And the pounds took care of themselves
Via Alex at the Fistful of Euros, I learn that John Graham-Cumming, Slayer of Spam, has had similar ideas regarding Benford's law. He has looked at the figures in the forms submitted by the chancellor, the prime minister, and Harriet Harman. The PM and HH expenses follow the distribution, but the chancellor's do not. There are rather more 3's and 4's than you would expect by chance. He has identified the source of these: the chancellor claims exactly £300 for food every month, and reqularly claims £45 for his telephone bill.
He also observes that Hazel Blears has submitted claims for whole number of pounds. Hmm.
Were I to fabricate my expenses, I -or at least, whichever of my sons was working for me full-time whilst also a full-time student - should be sure to add an appropriate and possibly random number of pennies to each of my more creative claims, if only to add an air of vermislitude to an otherwise bald and unconvincing narrative. [Benford's law probably wouldn't be able to pick up divergences south of the decimal point, as the distribution tends to uniform as the order of the digit increases]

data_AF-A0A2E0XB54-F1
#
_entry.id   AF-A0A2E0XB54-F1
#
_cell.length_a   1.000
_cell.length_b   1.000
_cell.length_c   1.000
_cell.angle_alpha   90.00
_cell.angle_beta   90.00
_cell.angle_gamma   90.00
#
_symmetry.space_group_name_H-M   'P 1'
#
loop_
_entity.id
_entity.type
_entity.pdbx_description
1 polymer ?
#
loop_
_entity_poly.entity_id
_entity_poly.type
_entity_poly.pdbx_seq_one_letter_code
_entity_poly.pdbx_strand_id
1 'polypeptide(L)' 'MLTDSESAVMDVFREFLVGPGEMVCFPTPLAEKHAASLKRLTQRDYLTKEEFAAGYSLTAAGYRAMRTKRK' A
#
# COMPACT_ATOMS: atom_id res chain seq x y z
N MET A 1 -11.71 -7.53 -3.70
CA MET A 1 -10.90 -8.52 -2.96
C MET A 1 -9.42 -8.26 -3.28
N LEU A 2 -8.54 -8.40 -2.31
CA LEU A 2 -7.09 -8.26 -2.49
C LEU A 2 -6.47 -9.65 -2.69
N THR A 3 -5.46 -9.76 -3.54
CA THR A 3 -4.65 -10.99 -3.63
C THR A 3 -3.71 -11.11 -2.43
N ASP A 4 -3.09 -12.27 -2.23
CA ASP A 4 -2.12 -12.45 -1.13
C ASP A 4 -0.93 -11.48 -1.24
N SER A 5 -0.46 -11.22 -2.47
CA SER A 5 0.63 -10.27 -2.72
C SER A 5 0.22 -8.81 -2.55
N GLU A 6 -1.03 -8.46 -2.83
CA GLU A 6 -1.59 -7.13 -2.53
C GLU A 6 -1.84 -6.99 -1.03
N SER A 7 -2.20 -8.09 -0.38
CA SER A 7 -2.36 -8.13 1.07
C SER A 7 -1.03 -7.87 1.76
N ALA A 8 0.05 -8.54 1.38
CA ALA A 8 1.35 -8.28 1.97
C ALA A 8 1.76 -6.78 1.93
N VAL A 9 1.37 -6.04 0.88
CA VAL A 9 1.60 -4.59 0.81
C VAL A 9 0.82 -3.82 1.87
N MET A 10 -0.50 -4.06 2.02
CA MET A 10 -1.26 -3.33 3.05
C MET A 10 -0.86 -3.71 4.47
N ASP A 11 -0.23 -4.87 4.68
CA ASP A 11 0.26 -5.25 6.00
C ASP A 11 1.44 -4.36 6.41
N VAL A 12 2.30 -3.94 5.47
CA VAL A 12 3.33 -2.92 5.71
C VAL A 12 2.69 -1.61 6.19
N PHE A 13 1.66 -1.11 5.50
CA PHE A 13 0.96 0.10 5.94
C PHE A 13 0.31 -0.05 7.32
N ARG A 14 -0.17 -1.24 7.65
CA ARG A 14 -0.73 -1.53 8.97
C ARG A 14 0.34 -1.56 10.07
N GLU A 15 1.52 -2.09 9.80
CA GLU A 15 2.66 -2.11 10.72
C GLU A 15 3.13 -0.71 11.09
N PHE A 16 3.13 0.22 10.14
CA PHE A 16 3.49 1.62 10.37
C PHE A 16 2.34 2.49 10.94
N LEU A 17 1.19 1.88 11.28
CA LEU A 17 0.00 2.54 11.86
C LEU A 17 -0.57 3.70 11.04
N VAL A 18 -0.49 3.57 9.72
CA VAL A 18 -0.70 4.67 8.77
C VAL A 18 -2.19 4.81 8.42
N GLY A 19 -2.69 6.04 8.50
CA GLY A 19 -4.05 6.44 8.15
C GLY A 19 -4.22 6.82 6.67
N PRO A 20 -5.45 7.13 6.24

On the other hand, you are allowed to round down in (some of) the boxes on your self-assesment, so it might well be legitimate to do so on an expenses form.
In any case, I think the best test is reciepted expenses vs. unreciepted expenses. As soon as we see some tabulation at the Guardian project, it'll be time to break out the Benford's.